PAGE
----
McLynn seems to be able to successfully cover the falseness of television, romance, humour, private detection, and serious subjects with such skill that you would be forgiven if you initially thought that all an actress was doing was cashing in on her name, and writing drivel. Not the case here in my humble opinion. Worthy of a read, and I am going to certainly catch up on the rest of the novels I have missed.


Blotto, Twinks and the Ex-King’s Daughter – Simon Brett

Think Bertie Wooster but only much sillier then you have a fair idea of the characters of this book, “Blotto” in particular who goes by the correct title Right Ho. Devereux Lyminster finds that good old fashioned murder plot line has happened in his ancestral pile Tawcester Towers – “a body in the library”. His mother rightly dismisses it as frightfully inconvenient especially as they are in the middle of hosting a house party for the ex-King of Mitteleuropia and his wife the ex-Queen and their daughter, the ex-Princess. Blotto is dispatched to sort out such trifling matters without any involvement from the local authorities who are of no use whatsoever anyway.

Trouble is Blotto, likes two things hunting and cricket and his substantially small brain is taken up with that and not dead bodies, intrigue, plotting and ousting murderer’s for that he leaves it all to his sister, Lady Honoria Lyminster or “Twinks” as she has the brains to keep Blotto on the straight and narrow or at least focussed to the problem in hand.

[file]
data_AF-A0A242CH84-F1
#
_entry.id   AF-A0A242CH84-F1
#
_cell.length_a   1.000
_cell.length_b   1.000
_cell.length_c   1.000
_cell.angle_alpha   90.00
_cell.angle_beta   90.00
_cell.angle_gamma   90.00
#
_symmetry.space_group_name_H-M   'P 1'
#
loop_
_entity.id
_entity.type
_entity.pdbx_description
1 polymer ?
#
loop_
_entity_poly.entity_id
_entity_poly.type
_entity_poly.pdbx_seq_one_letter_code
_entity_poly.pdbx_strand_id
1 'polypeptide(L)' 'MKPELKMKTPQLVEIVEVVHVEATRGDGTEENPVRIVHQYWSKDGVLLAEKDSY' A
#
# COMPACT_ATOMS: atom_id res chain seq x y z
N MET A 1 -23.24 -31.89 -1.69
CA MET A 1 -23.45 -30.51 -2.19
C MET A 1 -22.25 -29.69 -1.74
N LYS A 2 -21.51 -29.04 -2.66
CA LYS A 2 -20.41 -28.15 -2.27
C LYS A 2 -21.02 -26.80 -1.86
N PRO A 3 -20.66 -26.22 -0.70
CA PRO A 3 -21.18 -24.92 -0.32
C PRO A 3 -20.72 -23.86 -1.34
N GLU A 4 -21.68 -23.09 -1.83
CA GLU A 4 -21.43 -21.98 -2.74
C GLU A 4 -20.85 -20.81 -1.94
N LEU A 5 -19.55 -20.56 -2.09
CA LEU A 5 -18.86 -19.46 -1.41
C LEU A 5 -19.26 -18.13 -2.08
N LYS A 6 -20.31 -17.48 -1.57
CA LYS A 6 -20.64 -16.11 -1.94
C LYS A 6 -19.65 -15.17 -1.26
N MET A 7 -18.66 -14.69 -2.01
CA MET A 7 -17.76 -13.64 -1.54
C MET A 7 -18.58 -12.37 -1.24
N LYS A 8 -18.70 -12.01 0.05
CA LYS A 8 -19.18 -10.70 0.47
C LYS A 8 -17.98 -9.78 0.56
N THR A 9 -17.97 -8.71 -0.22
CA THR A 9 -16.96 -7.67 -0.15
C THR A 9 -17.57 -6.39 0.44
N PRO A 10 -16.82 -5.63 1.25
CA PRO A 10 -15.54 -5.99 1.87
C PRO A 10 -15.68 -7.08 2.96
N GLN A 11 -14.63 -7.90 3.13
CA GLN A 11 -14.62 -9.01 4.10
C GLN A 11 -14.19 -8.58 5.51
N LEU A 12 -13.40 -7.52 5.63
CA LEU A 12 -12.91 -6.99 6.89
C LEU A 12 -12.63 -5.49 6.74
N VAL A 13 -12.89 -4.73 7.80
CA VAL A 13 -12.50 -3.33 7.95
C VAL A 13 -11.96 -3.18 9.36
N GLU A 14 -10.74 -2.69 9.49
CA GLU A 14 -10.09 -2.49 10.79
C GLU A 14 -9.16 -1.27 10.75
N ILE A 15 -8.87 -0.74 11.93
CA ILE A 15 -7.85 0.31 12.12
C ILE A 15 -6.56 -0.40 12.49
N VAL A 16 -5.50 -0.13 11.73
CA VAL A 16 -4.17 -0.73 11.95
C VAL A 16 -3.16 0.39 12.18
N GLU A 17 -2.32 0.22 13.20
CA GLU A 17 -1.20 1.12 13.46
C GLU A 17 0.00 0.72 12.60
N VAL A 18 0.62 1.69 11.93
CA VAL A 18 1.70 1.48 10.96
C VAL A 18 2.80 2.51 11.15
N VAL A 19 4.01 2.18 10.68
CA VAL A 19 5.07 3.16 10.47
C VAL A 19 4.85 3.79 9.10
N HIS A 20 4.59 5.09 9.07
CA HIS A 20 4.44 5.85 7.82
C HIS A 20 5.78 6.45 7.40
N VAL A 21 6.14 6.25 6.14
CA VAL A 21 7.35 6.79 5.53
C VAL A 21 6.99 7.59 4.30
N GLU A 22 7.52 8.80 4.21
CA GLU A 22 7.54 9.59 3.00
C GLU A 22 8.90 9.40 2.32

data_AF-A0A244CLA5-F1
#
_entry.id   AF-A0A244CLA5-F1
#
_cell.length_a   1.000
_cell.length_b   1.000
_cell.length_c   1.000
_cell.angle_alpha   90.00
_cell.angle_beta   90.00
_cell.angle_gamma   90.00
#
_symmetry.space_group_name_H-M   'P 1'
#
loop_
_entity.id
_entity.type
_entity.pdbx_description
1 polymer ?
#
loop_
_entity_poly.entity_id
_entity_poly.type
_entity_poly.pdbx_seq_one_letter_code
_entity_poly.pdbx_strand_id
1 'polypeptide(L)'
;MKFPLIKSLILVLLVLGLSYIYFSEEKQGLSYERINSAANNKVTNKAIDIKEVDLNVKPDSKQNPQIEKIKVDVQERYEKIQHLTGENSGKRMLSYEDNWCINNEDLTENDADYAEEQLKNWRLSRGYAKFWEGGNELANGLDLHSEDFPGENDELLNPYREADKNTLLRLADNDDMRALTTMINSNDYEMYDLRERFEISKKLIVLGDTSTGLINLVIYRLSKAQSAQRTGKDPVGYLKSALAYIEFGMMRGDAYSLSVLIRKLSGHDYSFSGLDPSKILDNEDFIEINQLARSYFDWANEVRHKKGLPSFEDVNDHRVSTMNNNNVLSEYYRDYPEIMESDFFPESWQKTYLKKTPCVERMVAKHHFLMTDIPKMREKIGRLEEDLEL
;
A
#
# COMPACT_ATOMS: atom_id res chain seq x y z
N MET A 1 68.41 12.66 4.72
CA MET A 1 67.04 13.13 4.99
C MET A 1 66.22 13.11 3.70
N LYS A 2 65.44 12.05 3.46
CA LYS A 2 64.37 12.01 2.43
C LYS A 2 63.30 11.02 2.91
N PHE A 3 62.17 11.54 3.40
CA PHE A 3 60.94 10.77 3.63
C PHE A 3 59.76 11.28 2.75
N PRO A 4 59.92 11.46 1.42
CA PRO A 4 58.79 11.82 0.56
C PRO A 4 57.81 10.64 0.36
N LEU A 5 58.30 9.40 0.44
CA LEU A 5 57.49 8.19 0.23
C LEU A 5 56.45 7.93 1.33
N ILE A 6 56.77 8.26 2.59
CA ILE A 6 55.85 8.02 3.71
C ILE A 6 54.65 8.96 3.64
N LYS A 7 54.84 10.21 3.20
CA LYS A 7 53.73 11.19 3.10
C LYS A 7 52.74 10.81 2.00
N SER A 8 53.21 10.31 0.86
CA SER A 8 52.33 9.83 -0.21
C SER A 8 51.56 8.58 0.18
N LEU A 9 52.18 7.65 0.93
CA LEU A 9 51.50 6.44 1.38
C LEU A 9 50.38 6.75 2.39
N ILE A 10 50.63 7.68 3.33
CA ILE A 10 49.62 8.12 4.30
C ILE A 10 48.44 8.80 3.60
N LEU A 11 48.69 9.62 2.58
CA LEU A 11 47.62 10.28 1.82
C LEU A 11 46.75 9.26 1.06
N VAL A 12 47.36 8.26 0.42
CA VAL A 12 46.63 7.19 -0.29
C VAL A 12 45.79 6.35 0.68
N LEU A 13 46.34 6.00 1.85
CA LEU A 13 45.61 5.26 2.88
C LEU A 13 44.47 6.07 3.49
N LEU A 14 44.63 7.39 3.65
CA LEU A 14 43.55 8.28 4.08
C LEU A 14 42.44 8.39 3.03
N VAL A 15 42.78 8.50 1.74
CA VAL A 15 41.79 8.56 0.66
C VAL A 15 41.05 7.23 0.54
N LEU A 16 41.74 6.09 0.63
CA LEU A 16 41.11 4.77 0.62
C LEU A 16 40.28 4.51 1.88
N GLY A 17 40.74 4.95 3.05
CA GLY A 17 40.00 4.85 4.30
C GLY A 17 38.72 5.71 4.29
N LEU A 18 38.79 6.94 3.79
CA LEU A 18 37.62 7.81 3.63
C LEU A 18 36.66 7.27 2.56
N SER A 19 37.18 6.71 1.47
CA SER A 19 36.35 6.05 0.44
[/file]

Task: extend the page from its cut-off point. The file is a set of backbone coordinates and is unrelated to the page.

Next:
As the body count increases and a kidnap plot is not foiled due to the incompetent belief in people, Blotto has to save family honour and travel to Mitteleuropia to see about restoring the ex-King as the the King. Not taking any chances he is accompanied by a Mitteleuropian manservant who seems to have the same taste in perfume as his sister, Twinks?

So with a few scuffles, a temptation, the threat of death and a bit of wielding a cricket back, somehow Blotto saves the day. But he will have to uphold family honour from his deed, but can Twinks save him from that fate or not?

This is a very silly book, and I cannot think of a better word to describe it really. If you are happy to perhaps suspend disbelief for a few hours then you will seek enjoyment in the book. The silliness extends to the continual references to the ex-King,  the usurper and plans made;

“But what if he tries to foil your plans to foil his plans to foil my plans?”

“Don’t worry, sir. I have a plan to foil his plans to foil my plans to foil his plans to foil your plans.”

“Good. I like people who think ahead.”

It is witty in parts, and can positively make you groan in others, there is plenty to make you smile especially about how English Blotto is, which perhaps gives weight to the period of this novel. However if you have never read any Simon Brett before now, I would recommend you start with any of the Fethering Mysteries and come back to these at a later date.

I picked this book up in the library, when I was browsing and spotted the name Simon Brett first. Having read all but three of his Fethering Mysteries I wanted to see what this one was like, and always a fan of crime in the comedic and cosy sort I decided I would not lose anything by checking it out the library.